dissertation thinking

April 21, 2012 at 10:38 pm (Uncategorized)

The job market this year was a complete wash, and when it became apparent that I had nowhere to go were I to finish my dissertation for a summer graduation as planned, I applied for some sixth-year funding/fellowships. Those were all a wash too, the final word having come in earlier this week. (One of the crucial criteria for fellowships seems to be so much progress on the dissertation that one doesn’t actually need the fellowship in order to finish it. As someone who totted up 28 semester hours of language study above and beyond what the graduate school or department require for PhD coursework, I’m a bit vexed that being halfway through a dissertation that involves a great deal of original translation in a thoroughly dead language isn’t good enough.)  So I still have nowhere to go, but also no way to pay for the tuition and health insurance fees I’m required to pay while I’m still technically a student.  So I still need to get this over with and graduate.

To that end, I need to shake myself out of this funk that has me hitting snooze on a Saturday because being asleep is cozier than solving any of the problems facing me, at the diss level or at the larger life level.  I will only see my freshmen four more times this semester and once the end-of-term grading is done, I have nothing else to push the dissertation further down the priority list.  Avoiding its knots and snarls will be a matter of procrastination and not competing priorities.  So I’d best get on with it.

One of the things I’ve been troubled by in reading scholarship on the Old English “Soul and Body” and related soul and body works is the tendency to presume that orthodox understanding or teaching on soul-body relationships is essentially Augustinian, and, crucially, that this “Augustinian model” means the soul is inherently rational, intellectual, and immortal, pretty much equated with the essential self.  Leslie Lockett has recently taken the legs out from under that default stance in her Anglo-Saxon Psychologies in the Vernacular and Latin Traditions, a terrifyingly erudite work that demonstrates, among other things, that the so-called “unitary” model of the rational, intellectual, immortal soul isn’t all that widespread for most of the period and does not fit with the portrayal of soul-body relations in most vernacular works that invite us to consider them.  Rather than a unitary intellectual and immortal soul, responsible for agency and cognition and thus forming the locus of what one would call the immortal part of the self, Lockett finds that agency and cognition are associated more closely with what she terms the mind-body complex.  This is necessarily an oversimplification of her argument, and I am focusing on only one facet of it since that’s what I’m working on right now, but her book is a long-overdue correction to a long-held assumption that has resulted in some injurious characterizations of Anglo-Saxon soul-and-body works: that Anglo-Saxon works of soul and body ignore theological correctness in favor of shock value, that they are incoherent, a mish-mash of competing and contradictory concepts or models, that they display disgust for or hatred of the body. [1]  One thing her work demonstrates is that it is a mistake to think of ‘Augustine” and “orthodoxy” as synonymous in Anglo-Saxon Christianity.  I do not disagree with her findings that emotion and cognition are intimately associated with the body and described in somatic terms in the corpus, nor with her conclusions that the patristic model of a unitary soul does not fit most of the literature.  Lockett even acknowledges that it is reductive to assume there was a single patristic model that held sway.  However, this enlarged view, informed both by semantics and anthropology, also does not fully account for the relationship portrayed in soul-and-body works, though it does a much better job than anything that has come before it, in my opinion.  Sussing out what’s going on in these particular works, which sometimes do seem to contradict themselves in portraying soul-body relations, is my larger project.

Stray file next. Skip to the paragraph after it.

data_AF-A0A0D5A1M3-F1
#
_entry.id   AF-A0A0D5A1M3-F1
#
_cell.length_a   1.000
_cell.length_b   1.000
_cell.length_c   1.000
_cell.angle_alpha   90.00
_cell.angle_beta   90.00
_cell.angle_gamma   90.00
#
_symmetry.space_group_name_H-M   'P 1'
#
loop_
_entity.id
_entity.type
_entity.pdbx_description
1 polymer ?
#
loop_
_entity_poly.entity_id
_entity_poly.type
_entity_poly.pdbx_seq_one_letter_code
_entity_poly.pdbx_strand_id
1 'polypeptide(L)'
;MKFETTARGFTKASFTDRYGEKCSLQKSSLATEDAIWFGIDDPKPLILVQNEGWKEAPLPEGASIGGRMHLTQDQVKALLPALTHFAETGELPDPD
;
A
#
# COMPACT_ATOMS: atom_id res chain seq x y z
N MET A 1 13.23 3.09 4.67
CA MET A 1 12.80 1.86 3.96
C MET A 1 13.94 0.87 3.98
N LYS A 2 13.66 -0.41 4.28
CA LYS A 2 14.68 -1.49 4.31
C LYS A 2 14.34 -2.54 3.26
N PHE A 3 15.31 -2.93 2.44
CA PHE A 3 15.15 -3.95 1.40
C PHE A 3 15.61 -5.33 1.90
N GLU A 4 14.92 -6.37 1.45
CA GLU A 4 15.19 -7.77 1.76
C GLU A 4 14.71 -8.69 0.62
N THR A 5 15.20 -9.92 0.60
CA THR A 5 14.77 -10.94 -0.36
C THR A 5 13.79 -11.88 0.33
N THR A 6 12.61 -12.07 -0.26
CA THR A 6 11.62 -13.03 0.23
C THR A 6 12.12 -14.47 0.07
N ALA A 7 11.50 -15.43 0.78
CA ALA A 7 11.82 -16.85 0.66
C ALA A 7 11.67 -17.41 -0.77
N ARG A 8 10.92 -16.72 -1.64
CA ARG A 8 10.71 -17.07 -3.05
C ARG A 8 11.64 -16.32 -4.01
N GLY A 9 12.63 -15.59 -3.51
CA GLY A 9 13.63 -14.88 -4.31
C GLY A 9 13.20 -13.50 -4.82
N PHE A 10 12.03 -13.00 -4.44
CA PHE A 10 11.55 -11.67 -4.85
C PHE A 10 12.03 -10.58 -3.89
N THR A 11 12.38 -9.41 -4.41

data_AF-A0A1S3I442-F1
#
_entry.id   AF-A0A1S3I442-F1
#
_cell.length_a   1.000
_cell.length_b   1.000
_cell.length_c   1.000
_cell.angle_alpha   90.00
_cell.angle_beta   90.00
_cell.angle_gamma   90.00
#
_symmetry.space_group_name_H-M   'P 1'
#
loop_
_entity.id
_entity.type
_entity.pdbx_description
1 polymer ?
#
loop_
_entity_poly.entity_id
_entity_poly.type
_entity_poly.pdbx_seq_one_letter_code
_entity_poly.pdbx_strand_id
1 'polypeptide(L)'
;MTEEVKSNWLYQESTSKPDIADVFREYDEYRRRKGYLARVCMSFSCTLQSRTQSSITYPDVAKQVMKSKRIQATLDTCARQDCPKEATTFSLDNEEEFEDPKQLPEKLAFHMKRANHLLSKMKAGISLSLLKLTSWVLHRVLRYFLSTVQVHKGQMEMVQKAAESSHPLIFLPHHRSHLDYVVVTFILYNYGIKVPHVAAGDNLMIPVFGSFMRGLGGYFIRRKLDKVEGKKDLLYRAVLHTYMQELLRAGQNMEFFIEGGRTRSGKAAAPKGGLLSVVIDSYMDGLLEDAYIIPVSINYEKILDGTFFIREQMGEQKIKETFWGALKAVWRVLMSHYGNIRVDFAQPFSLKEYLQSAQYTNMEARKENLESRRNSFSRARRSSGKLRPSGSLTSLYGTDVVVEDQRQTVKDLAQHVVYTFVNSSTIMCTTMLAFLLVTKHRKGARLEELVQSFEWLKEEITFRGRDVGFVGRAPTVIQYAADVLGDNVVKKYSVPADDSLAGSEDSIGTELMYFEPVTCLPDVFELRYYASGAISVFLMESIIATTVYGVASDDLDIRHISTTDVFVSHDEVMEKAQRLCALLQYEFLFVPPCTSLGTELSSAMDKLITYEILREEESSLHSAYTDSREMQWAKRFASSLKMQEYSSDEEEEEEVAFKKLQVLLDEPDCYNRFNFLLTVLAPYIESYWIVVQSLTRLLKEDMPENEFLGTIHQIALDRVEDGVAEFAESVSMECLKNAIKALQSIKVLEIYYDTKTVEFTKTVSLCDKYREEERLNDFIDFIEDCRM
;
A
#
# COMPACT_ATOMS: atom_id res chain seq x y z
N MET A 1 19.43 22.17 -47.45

But there’s a related problem/issue/concern, and that is the uninterrogated presumption that what some critics think of as “Augustinian teaching on the soul” is 1. accurate and 2. the same understanding that Anglo Saxons familiar with Augustine would have had of “Augustinian teaching on the soul.”  What follows is part of what I talked about at SEMA last year (in what was frankly a train-wreck of a conference paper, largely because I wasn’t able to wrestle this stuff down to easily summarizable conclusions by the deadline), and I’m not yet sure that this is not something I’ll need to shelve for another, later project.  But one larger concern might be the reduced view of Augustine that is at work in so much criticism, having as it does a tendency to assign to Augustine a simple, reductive view of soul-body relations, from those who claim Augustine identified the self as the inner man, [2] to those who grant that Augustine may have redeemed the body to a certain extent, but only by proclaiming it “totally subordinate to the soul.” [3]  Augustine is often summarized as claiming that the  soul =  the self = the inner man, which is not precisely untrue, though  it is not precisely true either.  But taken in its larger context, the following oft-cited passage from the Confessions reveals a much more complex schema, one that is not reducible strictly to a dichotomous soul-body relationship, and one that is at heart not about a strict ontology so much as about a rigorous mode of self-inquiry that could seem utterly confused if misunderstood, as it inevitably is when taken out of context.  Augustine writes,